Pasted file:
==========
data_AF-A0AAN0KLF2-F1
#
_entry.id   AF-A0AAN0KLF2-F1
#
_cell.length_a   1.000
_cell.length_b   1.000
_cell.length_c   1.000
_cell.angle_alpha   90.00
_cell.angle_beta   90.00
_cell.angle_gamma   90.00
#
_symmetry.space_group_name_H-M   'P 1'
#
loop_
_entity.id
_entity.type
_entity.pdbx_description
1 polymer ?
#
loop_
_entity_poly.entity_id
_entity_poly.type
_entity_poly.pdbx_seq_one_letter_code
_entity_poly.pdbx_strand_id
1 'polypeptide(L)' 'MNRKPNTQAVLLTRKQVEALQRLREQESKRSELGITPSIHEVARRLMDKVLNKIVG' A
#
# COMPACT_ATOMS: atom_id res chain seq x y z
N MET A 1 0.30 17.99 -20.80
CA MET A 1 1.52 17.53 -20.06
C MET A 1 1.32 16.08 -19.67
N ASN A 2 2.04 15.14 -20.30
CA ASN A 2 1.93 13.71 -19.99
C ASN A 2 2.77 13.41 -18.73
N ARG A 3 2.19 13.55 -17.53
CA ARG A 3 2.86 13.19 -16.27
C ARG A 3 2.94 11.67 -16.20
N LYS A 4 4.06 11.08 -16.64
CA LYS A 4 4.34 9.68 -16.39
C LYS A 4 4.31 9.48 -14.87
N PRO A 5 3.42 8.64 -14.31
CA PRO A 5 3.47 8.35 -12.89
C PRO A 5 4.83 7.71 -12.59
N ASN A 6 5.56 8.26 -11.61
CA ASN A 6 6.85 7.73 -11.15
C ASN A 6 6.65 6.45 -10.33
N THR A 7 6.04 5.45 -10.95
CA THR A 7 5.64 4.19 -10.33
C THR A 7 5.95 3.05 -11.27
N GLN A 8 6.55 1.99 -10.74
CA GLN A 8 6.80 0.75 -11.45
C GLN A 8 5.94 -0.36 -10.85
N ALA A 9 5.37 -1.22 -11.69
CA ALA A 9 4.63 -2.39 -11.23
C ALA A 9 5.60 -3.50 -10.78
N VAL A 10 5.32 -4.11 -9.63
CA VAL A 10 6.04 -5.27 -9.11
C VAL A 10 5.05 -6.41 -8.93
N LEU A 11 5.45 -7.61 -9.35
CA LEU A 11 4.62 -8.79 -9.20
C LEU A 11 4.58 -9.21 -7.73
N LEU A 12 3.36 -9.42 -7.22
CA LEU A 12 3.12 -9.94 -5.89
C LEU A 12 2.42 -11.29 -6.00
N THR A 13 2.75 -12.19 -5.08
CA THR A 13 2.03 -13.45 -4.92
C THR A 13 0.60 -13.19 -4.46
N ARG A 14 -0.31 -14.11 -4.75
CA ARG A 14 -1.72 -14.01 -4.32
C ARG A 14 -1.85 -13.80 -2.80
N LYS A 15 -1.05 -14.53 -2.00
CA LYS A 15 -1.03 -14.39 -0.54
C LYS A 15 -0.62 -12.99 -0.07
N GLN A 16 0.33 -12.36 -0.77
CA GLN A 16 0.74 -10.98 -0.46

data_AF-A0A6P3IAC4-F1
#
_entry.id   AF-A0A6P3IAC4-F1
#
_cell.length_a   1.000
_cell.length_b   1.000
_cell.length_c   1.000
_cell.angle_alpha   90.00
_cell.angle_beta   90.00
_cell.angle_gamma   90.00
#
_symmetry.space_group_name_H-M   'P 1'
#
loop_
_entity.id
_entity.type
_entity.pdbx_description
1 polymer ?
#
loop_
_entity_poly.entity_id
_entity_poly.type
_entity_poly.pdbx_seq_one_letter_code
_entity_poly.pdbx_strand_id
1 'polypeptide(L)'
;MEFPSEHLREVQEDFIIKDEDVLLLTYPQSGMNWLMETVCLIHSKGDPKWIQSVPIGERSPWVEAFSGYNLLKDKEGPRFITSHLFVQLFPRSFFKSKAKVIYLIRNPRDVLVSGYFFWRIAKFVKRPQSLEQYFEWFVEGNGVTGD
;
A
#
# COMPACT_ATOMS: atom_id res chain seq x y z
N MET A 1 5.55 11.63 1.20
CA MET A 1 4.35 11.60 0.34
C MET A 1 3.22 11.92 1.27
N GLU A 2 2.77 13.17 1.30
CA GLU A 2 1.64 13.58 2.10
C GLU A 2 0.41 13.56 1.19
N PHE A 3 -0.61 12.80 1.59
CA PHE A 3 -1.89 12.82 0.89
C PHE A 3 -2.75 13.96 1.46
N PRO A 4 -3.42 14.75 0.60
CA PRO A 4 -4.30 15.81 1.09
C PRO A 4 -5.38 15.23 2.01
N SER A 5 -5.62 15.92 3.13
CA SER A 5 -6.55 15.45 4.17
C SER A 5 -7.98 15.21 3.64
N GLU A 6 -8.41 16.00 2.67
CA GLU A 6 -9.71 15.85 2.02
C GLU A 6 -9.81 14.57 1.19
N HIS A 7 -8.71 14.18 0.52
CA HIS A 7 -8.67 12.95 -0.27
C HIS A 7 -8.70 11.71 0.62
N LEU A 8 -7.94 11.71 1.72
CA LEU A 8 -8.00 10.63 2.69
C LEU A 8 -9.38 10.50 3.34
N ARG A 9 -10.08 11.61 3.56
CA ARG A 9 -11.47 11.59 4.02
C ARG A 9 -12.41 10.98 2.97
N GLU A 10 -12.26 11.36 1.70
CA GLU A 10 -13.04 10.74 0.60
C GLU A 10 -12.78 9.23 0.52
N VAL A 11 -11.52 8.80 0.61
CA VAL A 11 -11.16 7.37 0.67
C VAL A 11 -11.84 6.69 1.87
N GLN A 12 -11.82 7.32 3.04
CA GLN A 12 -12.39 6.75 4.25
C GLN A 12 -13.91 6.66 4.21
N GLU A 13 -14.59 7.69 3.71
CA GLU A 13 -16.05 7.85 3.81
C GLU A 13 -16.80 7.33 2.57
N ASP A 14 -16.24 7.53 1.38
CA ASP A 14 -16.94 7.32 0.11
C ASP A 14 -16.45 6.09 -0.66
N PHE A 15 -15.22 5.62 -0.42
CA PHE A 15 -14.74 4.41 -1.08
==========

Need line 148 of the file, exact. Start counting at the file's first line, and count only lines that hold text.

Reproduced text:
CA PHE A 15 -14.74 4.41 -1.08